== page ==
Autism has only recently been considered a spectrum disorder. It was initially described as a kind of childhood schizophrenia resulting from cold parenting. The “refrigerator mother” concept was disproved in 1980, when the Diagnostic and Statistical Manual of Mental Disorders (DSM) gave autism its own separate diagnosis.
Autism wouldn’t be understood as a spectrum condition until the late 80s. What it’s known as today, ASD, wasn’t published in the DSM until 2013, when all the subcategories were combined into one umbrella diagnosis. Since then, it’s been defined by two categories: impaired social communication and/or interaction and restricted and/or repetitive behaviors.
“The change we’re seeing in the numbers is a reflection of a better understanding of what autism is,” Whalon said. “That has definitely led to an increase in prevalence.”
Despite these developments, misconceptions linger. Whalon finds that the spectrum itself can be difficult for people to understand. Some with ASD may struggle with verbal speech while others have an “amazing vocabulary” or might even be gifted.
Whalon said that people also tend to believe that that those with autism aren’t social. These individuals can have difficulty communicating, but Whalon said that they still desire friendships — they just need more help in learning social skills.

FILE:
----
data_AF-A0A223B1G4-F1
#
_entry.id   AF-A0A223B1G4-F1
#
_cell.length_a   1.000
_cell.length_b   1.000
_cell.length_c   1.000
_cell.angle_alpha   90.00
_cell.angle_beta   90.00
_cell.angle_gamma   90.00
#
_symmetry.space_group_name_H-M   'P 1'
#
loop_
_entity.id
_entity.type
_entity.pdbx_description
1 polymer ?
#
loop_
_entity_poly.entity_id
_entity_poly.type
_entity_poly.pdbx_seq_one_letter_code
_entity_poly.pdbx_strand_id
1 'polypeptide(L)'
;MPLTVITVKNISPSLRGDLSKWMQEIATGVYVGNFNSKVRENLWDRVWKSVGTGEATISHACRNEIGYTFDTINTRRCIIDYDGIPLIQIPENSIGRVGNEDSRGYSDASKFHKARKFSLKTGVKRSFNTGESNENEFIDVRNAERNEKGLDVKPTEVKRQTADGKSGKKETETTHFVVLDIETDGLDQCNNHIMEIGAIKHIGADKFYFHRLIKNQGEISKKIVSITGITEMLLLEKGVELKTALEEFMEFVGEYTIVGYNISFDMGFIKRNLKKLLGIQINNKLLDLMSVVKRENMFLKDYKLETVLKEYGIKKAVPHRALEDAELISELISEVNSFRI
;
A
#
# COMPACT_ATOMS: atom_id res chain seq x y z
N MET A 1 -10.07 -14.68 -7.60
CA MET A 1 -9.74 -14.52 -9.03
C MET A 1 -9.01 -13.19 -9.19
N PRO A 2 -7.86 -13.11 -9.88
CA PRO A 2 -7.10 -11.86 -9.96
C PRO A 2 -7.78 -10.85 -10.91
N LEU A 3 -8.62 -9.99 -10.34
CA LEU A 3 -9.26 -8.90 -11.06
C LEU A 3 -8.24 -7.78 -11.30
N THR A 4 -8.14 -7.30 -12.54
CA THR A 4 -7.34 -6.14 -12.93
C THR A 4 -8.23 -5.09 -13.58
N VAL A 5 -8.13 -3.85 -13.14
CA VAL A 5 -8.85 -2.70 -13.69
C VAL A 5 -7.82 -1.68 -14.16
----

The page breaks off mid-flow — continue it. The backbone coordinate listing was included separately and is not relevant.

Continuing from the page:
As for what causes autism in the first place, it’s still unclear.
“There’s a lot of theories out there for why it exists, but what we do know is that we’re doing a lot better job at diagnosing it and understanding it,” Whalon said.
Whalon finds people often saying that if you know one person with autism, then you know one person with autism, because it manifests so differently in each person. But for Whalon, what remains the same is how rewarding it is to work with them and their families. She encounters thesame passion in her students, especially when they work with children and adults who have autism directly. She believes that these hands-on experiences makes the learning process more authentic.
Whalon remembers a student being so excited when a child who had very limited verbal speech put one or two words together. It was something that they had never done before.
“When they have these kinds of experiences, I think they’re touched,” Whalon said. “When you're teaching something that’s essential to a person's quality of life, that’s just a huge reward.”
In Whalon's eyes, success doesn't mean that everything will work. She thinks students who have the perseverance to find out what does will be most successful in these new programs. They have to believe each person on the spectrum is capable.
One young woman, Haley Moss, is living proof that they are. She was diagnosed with autism at age three and wasn’t expected to finish high school, earn her driver’s license or make friends. In January, she was admitted to the Florida Bar, becoming known as the first lawyer openly living with autism in the state.
“It’s a core belief and value that all individuals can learn and that something will work,” Whalon said.